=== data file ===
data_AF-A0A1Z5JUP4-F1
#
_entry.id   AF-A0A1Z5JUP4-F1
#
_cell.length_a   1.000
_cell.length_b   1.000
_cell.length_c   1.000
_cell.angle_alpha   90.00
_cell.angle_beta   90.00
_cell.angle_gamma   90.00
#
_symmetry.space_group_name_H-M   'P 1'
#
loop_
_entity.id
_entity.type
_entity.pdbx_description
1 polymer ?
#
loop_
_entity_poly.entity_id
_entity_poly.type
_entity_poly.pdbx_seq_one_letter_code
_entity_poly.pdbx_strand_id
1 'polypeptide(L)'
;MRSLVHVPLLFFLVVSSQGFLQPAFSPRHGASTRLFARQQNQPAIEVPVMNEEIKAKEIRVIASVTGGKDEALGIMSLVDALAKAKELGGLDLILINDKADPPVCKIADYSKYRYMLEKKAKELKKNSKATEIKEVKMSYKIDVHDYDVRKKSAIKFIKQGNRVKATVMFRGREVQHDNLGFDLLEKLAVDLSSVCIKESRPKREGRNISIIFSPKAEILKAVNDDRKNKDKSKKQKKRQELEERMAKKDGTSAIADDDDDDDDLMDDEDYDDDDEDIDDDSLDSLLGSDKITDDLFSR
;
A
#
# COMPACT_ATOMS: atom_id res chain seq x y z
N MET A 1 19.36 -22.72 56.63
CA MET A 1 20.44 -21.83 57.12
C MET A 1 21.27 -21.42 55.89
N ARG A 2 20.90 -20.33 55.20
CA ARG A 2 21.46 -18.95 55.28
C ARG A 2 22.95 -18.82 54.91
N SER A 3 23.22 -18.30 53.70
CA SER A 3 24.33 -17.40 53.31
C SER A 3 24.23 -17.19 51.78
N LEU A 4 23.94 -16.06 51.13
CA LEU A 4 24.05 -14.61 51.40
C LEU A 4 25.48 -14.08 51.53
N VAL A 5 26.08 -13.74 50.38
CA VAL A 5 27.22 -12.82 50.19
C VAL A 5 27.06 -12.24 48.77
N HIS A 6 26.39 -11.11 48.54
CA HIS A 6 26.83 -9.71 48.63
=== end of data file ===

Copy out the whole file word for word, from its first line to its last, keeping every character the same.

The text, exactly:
data_AF-A0A1Z5JUP4-F1
#
_entry.id   AF-A0A1Z5JUP4-F1
#
_cell.length_a   1.000
_cell.length_b   1.000
_cell.length_c   1.000
_cell.angle_alpha   90.00
_cell.angle_beta   90.00
_cell.angle_gamma   90.00
#
_symmetry.space_group_name_H-M   'P 1'
#
loop_
_entity.id
_entity.type
_entity.pdbx_description
1 polymer ?
#
loop_
_entity_poly.entity_id
_entity_poly.type
_entity_poly.pdbx_seq_one_letter_code
_entity_poly.pdbx_strand_id
1 'polypeptide(L)'
;MRSLVHVPLLFFLVVSSQGFLQPAFSPRHGASTRLFARQQNQPAIEVPVMNEEIKAKEIRVIASVTGGKDEALGIMSLVDALAKAKELGGLDLILINDKADPPVCKIADYSKYRYMLEKKAKELKKNSKATEIKEVKMSYKIDVHDYDVRKKSAIKFIKQGNRVKATVMFRGREVQHDNLGFDLLEKLAVDLSSVCIKESRPKREGRNISIIFSPKAEILKAVNDDRKNKDKSKKQKKRQELEERMAKKDGTSAIADDDDDDDDLMDDEDYDDDDEDIDDDSLDSLLGSDKITDDLFSR
;
A
#
# COMPACT_ATOMS: atom_id res chain seq x y z
N MET A 1 19.36 -22.72 56.63
CA MET A 1 20.44 -21.83 57.12
C MET A 1 21.27 -21.42 55.89
N ARG A 2 20.90 -20.33 55.20
CA ARG A 2 21.46 -18.95 55.28
C ARG A 2 22.95 -18.82 54.91
N SER A 3 23.22 -18.30 53.70
CA SER A 3 24.33 -17.40 53.31
C SER A 3 24.23 -17.19 51.78
N LEU A 4 23.94 -16.06 51.13
CA LEU A 4 24.05 -14.61 51.40
C LEU A 4 25.48 -14.08 51.53
N VAL A 5 26.08 -13.74 50.38
CA VAL A 5 27.22 -12.82 50.19
C VAL A 5 27.06 -12.24 48.77
N HIS A 6 26.39 -11.11 48.54
CA HIS A 6 26.83 -9.71 48.63